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Keyboards and digital screens can act as a catalyst for bravery to talk to people and say things that would often be avoided in person. The anonymity of the online world tends to bring out “true” personality and allows individuals to be more open, opinionated and outgoing than they are in face-to-face interactions.
This is especially true for Millennials. As part of the “Subscribers, Fans, and Followers” study I recently directed, we asked consumers how outgoing or reserved they are both online and offline. One person described it this way: “I am definitely somewhat of a different person online than I am in person. I am more outgoing, I will talk to anyone, and I am not shy. In ‘real life’ I am the exact opposite. Anxiety will get the best of me and keep me from doing things that I want to do.”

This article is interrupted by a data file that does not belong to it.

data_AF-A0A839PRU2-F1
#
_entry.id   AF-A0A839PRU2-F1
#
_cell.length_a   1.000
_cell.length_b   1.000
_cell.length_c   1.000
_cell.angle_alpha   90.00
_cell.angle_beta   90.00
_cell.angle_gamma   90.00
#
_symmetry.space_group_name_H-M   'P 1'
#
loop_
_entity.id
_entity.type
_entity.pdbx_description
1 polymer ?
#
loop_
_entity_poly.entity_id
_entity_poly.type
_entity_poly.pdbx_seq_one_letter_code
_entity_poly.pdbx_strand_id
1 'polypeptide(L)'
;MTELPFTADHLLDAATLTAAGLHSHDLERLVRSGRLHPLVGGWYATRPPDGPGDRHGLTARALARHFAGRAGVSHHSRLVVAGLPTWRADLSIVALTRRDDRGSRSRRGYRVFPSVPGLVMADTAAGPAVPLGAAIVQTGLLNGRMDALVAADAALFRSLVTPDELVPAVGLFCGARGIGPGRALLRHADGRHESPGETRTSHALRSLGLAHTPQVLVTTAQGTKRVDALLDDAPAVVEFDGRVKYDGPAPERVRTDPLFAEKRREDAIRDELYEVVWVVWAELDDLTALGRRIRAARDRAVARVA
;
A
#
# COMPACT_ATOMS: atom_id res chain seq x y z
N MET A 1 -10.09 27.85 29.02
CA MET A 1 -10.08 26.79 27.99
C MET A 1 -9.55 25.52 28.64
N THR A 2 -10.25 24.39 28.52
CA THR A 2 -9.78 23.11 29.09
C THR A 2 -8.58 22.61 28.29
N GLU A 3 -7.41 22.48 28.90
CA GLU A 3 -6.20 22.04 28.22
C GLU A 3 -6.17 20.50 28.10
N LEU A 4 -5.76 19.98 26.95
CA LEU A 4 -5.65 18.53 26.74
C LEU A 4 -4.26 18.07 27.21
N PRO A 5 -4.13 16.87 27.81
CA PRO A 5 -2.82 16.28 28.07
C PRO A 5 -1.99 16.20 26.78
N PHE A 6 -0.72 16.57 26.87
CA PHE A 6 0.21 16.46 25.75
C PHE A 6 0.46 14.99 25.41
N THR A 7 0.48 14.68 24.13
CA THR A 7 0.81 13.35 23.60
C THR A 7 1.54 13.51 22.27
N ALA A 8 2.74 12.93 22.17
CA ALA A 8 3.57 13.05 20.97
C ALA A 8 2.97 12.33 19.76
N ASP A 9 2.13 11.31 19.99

A third of Millennials describe themselves as being more outgoing online than they are in-person. Less than 20% of Millennials consider themselves more reserved online than in person. For Gen X, the numbers are the opposite, with a third of people saying they are more reserved online than they are face-to-face.
In recent privacy debates have, some assert that young people are not concerned about online privacy. However, two recent and highly credible studies suggest otherwise.
First, Pew Internet found that Millennials are “the most active online reputation managers.” They proactively take steps to limit the amount of personal information available about them online, customize privacy settings, delete unwanted comments from their online profiles, and remove their names from photos.
Originally From “The Implications Of ‘Digital Courage’ For Marketing”| Published June 18, 2010
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